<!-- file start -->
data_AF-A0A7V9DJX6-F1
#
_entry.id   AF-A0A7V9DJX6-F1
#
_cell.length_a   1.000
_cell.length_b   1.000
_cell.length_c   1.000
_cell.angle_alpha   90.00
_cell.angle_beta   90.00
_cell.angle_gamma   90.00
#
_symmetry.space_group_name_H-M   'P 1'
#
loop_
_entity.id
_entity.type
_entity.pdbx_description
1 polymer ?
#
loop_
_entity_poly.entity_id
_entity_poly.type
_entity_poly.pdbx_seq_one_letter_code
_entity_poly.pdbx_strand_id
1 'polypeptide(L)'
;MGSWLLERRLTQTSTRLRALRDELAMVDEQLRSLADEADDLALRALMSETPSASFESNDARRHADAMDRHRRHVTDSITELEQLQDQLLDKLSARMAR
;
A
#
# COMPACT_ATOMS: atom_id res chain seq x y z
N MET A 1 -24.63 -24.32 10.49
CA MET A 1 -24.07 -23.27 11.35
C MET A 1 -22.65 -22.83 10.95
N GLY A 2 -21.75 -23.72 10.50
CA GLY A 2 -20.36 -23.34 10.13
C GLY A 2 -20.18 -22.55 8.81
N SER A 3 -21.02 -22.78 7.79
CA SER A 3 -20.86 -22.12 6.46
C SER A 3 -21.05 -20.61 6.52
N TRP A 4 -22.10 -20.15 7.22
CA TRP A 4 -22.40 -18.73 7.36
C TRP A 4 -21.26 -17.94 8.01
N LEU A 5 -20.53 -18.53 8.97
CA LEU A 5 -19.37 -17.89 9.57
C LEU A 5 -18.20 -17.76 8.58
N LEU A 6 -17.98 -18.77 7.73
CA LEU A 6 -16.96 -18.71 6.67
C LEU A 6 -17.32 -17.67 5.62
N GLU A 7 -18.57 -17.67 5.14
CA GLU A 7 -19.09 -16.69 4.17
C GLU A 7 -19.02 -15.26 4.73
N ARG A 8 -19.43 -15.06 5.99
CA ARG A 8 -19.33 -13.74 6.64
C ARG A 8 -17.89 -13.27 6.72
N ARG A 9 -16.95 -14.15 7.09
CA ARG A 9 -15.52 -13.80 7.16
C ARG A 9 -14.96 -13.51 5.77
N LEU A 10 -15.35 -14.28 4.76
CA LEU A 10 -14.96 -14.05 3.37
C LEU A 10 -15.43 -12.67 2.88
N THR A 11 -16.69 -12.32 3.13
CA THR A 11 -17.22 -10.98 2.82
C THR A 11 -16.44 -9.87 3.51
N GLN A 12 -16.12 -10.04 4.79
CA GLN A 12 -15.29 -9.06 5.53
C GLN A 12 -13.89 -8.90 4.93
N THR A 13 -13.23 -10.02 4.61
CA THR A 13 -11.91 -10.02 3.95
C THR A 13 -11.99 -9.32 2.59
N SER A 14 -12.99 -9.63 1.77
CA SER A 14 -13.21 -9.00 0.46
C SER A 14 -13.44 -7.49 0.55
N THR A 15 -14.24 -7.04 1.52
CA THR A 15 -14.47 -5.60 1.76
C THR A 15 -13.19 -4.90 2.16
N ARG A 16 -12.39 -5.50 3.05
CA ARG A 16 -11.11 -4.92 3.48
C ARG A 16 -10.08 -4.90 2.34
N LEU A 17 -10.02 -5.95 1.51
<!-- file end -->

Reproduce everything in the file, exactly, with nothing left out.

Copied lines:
data_AF-A0A7V9DJX6-F1
#
_entry.id   AF-A0A7V9DJX6-F1
#
_cell.length_a   1.000
_cell.length_b   1.000
_cell.length_c   1.000
_cell.angle_alpha   90.00
_cell.angle_beta   90.00
_cell.angle_gamma   90.00
#
_symmetry.space_group_name_H-M   'P 1'
#
loop_
_entity.id
_entity.type
_entity.pdbx_description
1 polymer ?
#
loop_
_entity_poly.entity_id
_entity_poly.type
_entity_poly.pdbx_seq_one_letter_code
_entity_poly.pdbx_strand_id
1 'polypeptide(L)'
;MGSWLLERRLTQTSTRLRALRDELAMVDEQLRSLADEADDLALRALMSETPSASFESNDARRHADAMDRHRRHVTDSITELEQLQDQLLDKLSARMAR
;
A
#
# COMPACT_ATOMS: atom_id res chain seq x y z
N MET A 1 -24.63 -24.32 10.49
CA MET A 1 -24.07 -23.27 11.35
C MET A 1 -22.65 -22.83 10.95
N GLY A 2 -21.75 -23.72 10.50
CA GLY A 2 -20.36 -23.34 10.13
C GLY A 2 -20.18 -22.55 8.81
N SER A 3 -21.02 -22.78 7.79
CA SER A 3 -20.86 -22.12 6.46
C SER A 3 -21.05 -20.61 6.52
N TRP A 4 -22.10 -20.15 7.22
CA TRP A 4 -22.40 -18.73 7.36
C TRP A 4 -21.26 -17.94 8.01
N LEU A 5 -20.53 -18.53 8.97
CA LEU A 5 -19.37 -17.89 9.57
C LEU A 5 -18.20 -17.76 8.58
N LEU A 6 -17.98 -18.77 7.73
CA LEU A 6 -16.96 -18.71 6.67
C LEU A 6 -17.32 -17.67 5.62
N GLU A 7 -18.57 -17.67 5.14
CA GLU A 7 -19.09 -16.69 4.17
C GLU A 7 -19.02 -15.26 4.73
N ARG A 8 -19.43 -15.06 5.99
CA ARG A 8 -19.33 -13.74 6.64
C ARG A 8 -17.89 -13.27 6.72
N ARG A 9 -16.95 -14.15 7.09
CA ARG A 9 -15.52 -13.80 7.16
C ARG A 9 -14.96 -13.51 5.77
N LEU A 10 -15.35 -14.28 4.76
CA LEU A 10 -14.96 -14.05 3.37
C LEU A 10 -15.43 -12.67 2.88
N THR A 11 -16.69 -12.32 3.13
CA THR A 11 -17.22 -10.98 2.82
C THR A 11 -16.44 -9.87 3.51
N GLN A 12 -16.12 -10.04 4.79
CA GLN A 12 -15.29 -9.06 5.53
C GLN A 12 -13.89 -8.90 4.93
N THR A 13 -13.23 -10.02 4.61
CA THR A 13 -11.91 -10.02 3.95
C THR A 13 -11.99 -9.32 2.59
N SER A 14 -12.99 -9.63 1.77
CA SER A 14 -13.21 -9.00 0.46
C SER A 14 -13.44 -7.49 0.55
N THR A 15 -14.24 -7.04 1.52
CA THR A 15 -14.47 -5.60 1.76
C THR A 15 -13.19 -4.90 2.16
N ARG A 16 -12.39 -5.50 3.05
CA ARG A 16 -11.11 -4.92 3.48
C ARG A 16 -10.08 -4.90 2.34
N LEU A 17 -10.02 -5.95 1.51